How do we "end up" despite our "claims"? By what means she does not state, but only implies. That's a terrible case of conflation, not to mention that she clearly cannot fathom why anyone would want better school lunches and more public parks other than the "obesity epidemic." IT IS THE REASON FOR ALL!!!! IF YOU DISAGREE YOU ARE FOR THE EEEEEEVIL.

Then, there's this gem:

To claim that some people are just meant to be fat is not quite the same as arguing that some people are just meant to be poor, but it comes uncomfortably close.

Um, not so much. Honestly, I don't even know what to say to that it is so ridiculous. It's like we have damned all fat people to their assumed horrible existence. Why would we do such a thing!?!? Perhaps Kolbert has read about Fat Satan.

Will Drop Dead Diva Live up to the Hype?

Like it or not, fat people have been making it onto prime time television. The Biggest Loser proved to be ratings gold, inspiring multiple seasons and a veritable franchise of products. Two more fat exploitation reality shows have hit the airwaves this season-- Dance Your Ass Off and More to Love. So Margaret Cho understands why people in the size-acceptance world might be a little skeptical about her new show Drop Dead Diva which premiers on Sunday July 12 at 9pm on Lifetime. But she thinks this show gets body acceptance right.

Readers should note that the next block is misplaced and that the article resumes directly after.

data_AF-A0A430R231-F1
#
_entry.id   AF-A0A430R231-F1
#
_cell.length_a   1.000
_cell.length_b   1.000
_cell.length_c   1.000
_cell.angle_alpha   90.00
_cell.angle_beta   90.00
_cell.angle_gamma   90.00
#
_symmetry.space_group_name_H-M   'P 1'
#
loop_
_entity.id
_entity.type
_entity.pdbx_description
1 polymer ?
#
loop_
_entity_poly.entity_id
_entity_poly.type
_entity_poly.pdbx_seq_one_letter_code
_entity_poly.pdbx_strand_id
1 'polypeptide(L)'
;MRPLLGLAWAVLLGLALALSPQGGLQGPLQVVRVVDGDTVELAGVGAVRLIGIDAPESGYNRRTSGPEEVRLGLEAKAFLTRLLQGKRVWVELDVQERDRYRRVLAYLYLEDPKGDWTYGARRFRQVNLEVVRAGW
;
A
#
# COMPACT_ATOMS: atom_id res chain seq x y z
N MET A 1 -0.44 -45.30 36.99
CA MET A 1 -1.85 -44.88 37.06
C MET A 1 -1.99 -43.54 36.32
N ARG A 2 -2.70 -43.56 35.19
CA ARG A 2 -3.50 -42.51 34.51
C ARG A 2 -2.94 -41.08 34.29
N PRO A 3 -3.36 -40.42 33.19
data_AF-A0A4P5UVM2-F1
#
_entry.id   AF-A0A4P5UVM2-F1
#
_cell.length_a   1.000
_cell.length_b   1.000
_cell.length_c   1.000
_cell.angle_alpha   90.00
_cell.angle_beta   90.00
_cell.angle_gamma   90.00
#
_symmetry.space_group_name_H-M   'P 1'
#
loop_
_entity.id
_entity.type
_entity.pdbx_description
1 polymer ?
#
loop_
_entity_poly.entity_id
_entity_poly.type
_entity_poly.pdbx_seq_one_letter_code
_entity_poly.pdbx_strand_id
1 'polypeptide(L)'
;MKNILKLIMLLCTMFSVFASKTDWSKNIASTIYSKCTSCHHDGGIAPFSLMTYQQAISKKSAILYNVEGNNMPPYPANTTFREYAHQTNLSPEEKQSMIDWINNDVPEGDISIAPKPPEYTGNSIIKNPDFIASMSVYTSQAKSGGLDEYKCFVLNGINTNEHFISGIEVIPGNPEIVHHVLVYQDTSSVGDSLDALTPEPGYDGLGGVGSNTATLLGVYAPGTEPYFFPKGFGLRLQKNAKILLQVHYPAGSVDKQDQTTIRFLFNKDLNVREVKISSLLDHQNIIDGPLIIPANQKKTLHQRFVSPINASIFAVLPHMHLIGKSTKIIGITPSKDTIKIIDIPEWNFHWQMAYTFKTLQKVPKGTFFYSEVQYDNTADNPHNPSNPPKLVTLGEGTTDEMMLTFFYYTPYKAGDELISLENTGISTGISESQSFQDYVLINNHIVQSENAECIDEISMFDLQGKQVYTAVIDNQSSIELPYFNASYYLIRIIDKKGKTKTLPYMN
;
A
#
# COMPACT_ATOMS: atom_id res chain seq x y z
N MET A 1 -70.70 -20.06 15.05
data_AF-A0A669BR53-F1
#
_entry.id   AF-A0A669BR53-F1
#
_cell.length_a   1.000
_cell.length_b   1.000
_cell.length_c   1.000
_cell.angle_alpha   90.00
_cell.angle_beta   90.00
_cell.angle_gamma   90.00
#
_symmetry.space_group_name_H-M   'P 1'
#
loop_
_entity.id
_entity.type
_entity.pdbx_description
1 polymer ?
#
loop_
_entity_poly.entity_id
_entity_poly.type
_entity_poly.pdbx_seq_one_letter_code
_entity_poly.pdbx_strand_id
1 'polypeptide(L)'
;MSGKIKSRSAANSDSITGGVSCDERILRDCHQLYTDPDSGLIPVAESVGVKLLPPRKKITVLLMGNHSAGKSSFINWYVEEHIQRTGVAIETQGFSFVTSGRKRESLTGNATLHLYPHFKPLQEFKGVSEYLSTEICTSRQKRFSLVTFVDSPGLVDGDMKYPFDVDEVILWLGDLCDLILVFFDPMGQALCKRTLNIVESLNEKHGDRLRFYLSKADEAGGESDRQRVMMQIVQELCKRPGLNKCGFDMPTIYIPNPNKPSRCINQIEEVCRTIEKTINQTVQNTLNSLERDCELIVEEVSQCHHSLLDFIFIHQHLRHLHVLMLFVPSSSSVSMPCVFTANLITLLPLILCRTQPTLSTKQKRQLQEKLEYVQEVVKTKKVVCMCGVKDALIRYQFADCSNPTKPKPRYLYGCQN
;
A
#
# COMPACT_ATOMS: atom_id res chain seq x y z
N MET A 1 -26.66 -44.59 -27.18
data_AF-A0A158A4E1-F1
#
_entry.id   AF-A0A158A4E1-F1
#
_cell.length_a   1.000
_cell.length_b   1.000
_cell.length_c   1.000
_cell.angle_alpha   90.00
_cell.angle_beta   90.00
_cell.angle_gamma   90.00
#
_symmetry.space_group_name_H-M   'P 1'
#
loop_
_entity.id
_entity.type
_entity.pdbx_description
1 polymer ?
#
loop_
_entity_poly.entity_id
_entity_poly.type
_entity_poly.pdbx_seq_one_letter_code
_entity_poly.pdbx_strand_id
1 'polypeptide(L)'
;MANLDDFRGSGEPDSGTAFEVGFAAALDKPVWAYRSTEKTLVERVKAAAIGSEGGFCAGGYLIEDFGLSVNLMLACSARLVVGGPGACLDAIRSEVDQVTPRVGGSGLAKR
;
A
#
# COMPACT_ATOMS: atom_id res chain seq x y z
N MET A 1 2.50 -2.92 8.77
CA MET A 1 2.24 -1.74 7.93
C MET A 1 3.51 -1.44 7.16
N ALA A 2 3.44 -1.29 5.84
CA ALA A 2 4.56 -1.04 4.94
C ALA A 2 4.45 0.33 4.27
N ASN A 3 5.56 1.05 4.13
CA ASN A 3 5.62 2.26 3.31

Thanks to CarrieP and withoutscene, I was able to attend a meet and greet on behalf of BFB with Margaret Cho and Brooke Elliot, the “plus-size” star of Drop Dead Diva. It was a fairly intimate group of bloggers, and I even got some one-on-one time with Margaret. When I asked what attracted her to this project, she told me, “This is a show for those of us who struggle to be visible. It treats body image with dignity and hope. I think it will create a new sex symbol…a new ideal.”

Drop Dead Diva is billed as a “dramedy.” Here's the set-up: Shallow, size-0 Deb and fat, brilliant attorney Jane end up at the entrance to heaven at the same time after simultaneous accidents. In a twist of fate, Deb ends up being sent back to earth, but accidentally lands in Jane's body. Comedy ensues... or does it?

The trailer doesn't exactly set this show up to be the breakthrough that it claims to be. However, both Brooke and Margaret (who plays Deb/Jane's faithful assistant) were adamant that this was not one long fat joke à la Shallow Hal. While there is some awkwardness when Deb finds herself in Jane's body, Brooke explained, it's really part of a larger journey, and one that isn't completely focused on body size. “Deb starts realizing that her life as a thin woman wasn't exactly perfect, and that maybe she has some things to learn.” Brooke went on to say that she hopes "people will receive the show in the spirit in which it was intended. This is a delicate subject that hasn't always been handled well.”